Matrassen zijn moeilijk te recyclen en belanden daarom vaak op de vuilnisbelt. Foto: Pixabay
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Sometimes you do not need a crystal ball to be able to foresee the future, because there are already a few precursors that can accurately sketch out what this will look like. Such a forerunner is the company Niaga based on the Brightlands Chemelot Campus in the Dutch town of Geleen. Niagra is part of DSM and is being taken over by Covestro next year.

Niaga – ‘again’ spelled backward – originated from a carpet manufacturer start-up, ehose founders included Chris Reutelingsperger. He had always dreamed of making a carpet that was fully recyclable. But he did not succeed at first because he couldn’t find an adhesive to replace latex that could bind the yarn of the underside of the fabric firmly with the polyester carpet. And this was necessary because it is precisely this tricky latex that makes recycling difficult, says Chantal Jörissen, marketing director at Niaga.

Only 4 percent of carpets are recycled

“There are different methods, like shearing off the upper part of the carpet.” In total, these methods yield a recycling rate of 4 percent of all discarded carpets. While carpets are one of the largest non-recyclable waste products that are now incinerated or end up in a landfill and consequently take up land that cannot be used in any other worthwhile way.”

As a supplier of raw materials for the carpet industry, DSM has invested in the start-up of Reutelingsperger. They then started working on inventing an adhesive that was recyclable and that firmly binds the fibers onto the fabric. DSM took over Niaga when they succeeded. That was two years ago now.

Glue is the secret

Since then, Niaga sells carpet machines and its specialized glue to large carpet manufacturers for the manufacture of fully-recyclable carpet. A code is placed on the carpet so that it can be picked up from the supplier after it has been scanned. The supplier brings it back to Niaga and recycles it back into raw material for a brand new carpet.

Niaga in Geleen also has its own in-house manufacturing facility to make carpet for manufacturers who do not purchase the machinery themselves. There, Niaga also manufactures its own carpet suitable for offices, Jörissen tells us. This quality is known as ‘Class 33‘. “That means that it has the toughest quality a carpet can have as is needed in an office where chairs roll about and a lot of people are walking around.”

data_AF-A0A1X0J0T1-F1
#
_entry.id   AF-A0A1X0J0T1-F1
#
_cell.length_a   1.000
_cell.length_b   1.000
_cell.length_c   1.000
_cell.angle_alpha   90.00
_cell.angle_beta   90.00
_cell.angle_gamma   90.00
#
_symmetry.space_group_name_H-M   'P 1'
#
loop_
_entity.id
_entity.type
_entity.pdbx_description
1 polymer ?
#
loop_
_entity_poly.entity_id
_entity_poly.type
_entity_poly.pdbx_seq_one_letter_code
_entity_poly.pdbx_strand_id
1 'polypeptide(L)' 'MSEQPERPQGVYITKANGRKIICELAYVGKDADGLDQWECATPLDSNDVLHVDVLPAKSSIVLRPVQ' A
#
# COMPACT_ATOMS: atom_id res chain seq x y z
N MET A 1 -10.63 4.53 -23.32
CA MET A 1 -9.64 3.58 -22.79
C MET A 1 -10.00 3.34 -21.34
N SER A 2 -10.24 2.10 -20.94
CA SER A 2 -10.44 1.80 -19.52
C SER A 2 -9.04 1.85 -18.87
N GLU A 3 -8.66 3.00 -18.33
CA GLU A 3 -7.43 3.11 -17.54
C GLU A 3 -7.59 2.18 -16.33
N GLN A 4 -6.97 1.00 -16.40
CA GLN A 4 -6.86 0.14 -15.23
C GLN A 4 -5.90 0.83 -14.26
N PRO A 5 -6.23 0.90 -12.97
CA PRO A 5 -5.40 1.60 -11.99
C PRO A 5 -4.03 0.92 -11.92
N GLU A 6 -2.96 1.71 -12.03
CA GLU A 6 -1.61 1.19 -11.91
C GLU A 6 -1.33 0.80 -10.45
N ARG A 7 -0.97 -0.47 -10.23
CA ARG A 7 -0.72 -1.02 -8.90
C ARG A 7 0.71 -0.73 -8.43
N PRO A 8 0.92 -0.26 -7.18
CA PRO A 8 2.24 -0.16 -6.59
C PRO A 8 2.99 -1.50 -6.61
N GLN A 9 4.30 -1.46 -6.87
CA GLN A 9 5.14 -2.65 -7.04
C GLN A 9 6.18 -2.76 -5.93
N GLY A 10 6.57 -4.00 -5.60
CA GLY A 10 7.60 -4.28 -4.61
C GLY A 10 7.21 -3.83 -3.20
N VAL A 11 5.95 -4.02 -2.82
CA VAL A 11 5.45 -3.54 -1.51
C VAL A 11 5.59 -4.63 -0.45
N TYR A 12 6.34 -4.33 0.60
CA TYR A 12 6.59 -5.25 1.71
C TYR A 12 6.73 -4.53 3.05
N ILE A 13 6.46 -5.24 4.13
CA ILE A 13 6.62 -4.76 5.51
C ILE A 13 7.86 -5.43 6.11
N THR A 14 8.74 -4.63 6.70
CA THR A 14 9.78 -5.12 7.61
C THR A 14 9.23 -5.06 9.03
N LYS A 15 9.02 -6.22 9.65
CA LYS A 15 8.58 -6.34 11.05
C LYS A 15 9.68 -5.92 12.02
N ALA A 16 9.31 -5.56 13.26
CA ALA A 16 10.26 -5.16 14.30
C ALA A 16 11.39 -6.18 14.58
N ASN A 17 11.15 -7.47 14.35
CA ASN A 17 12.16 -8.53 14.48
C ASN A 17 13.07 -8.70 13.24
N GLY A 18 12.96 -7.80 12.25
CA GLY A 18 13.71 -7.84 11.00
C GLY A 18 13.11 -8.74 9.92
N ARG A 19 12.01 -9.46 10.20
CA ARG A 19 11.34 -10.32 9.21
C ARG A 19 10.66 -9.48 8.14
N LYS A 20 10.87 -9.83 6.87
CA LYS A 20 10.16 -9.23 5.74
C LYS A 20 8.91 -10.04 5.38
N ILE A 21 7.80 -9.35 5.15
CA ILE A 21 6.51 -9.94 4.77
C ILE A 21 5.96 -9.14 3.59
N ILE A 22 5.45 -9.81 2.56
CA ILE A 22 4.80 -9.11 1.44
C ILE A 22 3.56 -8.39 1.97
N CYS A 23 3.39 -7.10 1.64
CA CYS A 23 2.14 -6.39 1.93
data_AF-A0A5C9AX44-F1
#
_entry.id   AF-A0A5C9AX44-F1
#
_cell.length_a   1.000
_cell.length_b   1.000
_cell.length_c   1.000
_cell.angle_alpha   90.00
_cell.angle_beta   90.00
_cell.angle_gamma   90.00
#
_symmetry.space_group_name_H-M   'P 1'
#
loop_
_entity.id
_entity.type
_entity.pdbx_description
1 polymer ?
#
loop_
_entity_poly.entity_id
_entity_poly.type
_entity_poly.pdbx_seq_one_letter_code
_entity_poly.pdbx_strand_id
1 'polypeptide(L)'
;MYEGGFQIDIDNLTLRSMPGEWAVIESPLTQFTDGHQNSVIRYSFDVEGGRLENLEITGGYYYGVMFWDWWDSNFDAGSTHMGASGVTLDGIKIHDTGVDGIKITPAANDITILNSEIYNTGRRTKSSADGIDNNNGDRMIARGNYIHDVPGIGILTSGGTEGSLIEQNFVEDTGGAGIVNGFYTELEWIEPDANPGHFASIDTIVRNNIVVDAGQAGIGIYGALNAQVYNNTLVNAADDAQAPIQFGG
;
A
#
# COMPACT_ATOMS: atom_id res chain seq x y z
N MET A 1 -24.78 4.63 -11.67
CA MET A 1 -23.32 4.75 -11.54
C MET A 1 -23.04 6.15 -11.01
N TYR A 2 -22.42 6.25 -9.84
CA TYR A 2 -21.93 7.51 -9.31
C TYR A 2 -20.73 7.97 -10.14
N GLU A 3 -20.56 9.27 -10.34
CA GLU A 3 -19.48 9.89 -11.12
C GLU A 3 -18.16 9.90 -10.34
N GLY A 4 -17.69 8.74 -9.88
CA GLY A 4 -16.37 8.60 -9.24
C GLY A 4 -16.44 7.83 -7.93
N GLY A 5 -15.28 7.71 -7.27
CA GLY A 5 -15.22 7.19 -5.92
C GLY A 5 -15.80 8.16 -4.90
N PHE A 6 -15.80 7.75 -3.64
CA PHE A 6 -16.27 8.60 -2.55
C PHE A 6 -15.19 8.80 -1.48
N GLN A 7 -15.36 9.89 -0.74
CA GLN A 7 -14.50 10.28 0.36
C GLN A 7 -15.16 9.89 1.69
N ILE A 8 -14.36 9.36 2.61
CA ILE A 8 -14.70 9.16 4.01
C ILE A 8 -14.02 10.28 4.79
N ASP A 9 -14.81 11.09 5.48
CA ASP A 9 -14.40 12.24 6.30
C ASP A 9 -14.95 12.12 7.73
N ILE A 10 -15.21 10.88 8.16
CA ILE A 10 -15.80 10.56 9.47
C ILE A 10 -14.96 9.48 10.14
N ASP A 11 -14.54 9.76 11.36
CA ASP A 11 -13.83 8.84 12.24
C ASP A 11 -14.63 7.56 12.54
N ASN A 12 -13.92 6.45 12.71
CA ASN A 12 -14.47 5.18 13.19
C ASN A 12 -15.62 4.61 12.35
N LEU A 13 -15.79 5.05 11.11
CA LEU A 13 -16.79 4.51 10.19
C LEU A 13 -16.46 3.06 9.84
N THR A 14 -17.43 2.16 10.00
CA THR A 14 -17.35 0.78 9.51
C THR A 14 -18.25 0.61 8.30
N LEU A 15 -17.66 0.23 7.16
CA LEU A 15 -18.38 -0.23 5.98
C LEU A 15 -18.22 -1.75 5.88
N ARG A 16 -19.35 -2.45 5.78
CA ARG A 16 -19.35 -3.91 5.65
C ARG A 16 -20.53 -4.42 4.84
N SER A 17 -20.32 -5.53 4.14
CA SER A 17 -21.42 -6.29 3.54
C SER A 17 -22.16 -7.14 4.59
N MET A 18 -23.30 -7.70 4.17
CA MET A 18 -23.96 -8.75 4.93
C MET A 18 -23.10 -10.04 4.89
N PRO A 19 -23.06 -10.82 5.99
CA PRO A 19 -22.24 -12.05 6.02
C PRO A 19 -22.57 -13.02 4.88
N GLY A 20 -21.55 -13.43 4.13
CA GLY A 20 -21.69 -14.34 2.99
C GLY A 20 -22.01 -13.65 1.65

The reason why Niaga is marketing a product itself is that it has a ‘lighthouse role’, says Jörissen. This allows the market to see that it is possible to make a fully recyclable carpet that is both beautiful and durable. The aim is for carpet manufacturers to take over the manufacturing process en masse. This would put an end to the large-scale dumping and burning of old carpets. Which would make all carpets recyclable in the future.

Ikea also wants to recycle

Meanwhile, Niaga has also developed fully recyclable furniture panels for the construction of e.g. cabinets, tables, and bed frames. As well as solutions for mattresses (in collaboration with Auping). These are two other major sources of non-recyclable waste. Niaga has not built machinery for these two recyclable products. Neither has it launched its own product on the market. “Because this wasn’t necessary. Auping knows how to make mattresses. And we know how to make materials. This collaboration has resulted in a recyclable mattress that they manufacture themselves. They use the glue that we developed. We supply that to them.”

Niaga does make furniture panels that it supplies to furniture manufacturers, but they make their own furniture out of it, Jörissen adds. They don’t need their own production line there either and it would be complex to set up.

One of the reasons that fully recyclable carpets, furniture, and mattresses have the future is that the stocks of raw materials are not inexhaustible. “A company like Ikea has an interest in taking back discarded furniture because they can then reuse the raw materials. If shortages occur in the future, then raw materials will become increasingly more expensive. You can see that they are experimenting with this now. For example, they had a promotional campaign where you could get a discount on new purchases if you returned used Ikea furniture.”

Europe is a forerunner in the world

Europe is a forerunner in this respect, says Jörissen. Although there are other regions in the world such as California, Canada, and Singapore where the recycling industry is evolving. It is not only essential to create a good market for recyclable raw materials and end products, it is also important to work with as few raw materials and connections between them as possible.

It is also crucial that recycling companies that specialize in the collection of waste products such as furniture, mattresses, and carpets are set up in order to process these into high-quality new raw materials. “These are not in place yet.”

You can also read the previous articles in this series here:

‘The Chinese and Americans are knocking on the Dutch town of Geleen’s door to test innovative chem tech’

Xilloc: ‘Requests from dozens of hospitals worldwide for 3D-printed implants’

Dutch Arlanxeo: ‘85% less CO2 emissions thanks to rubber from sugar cane’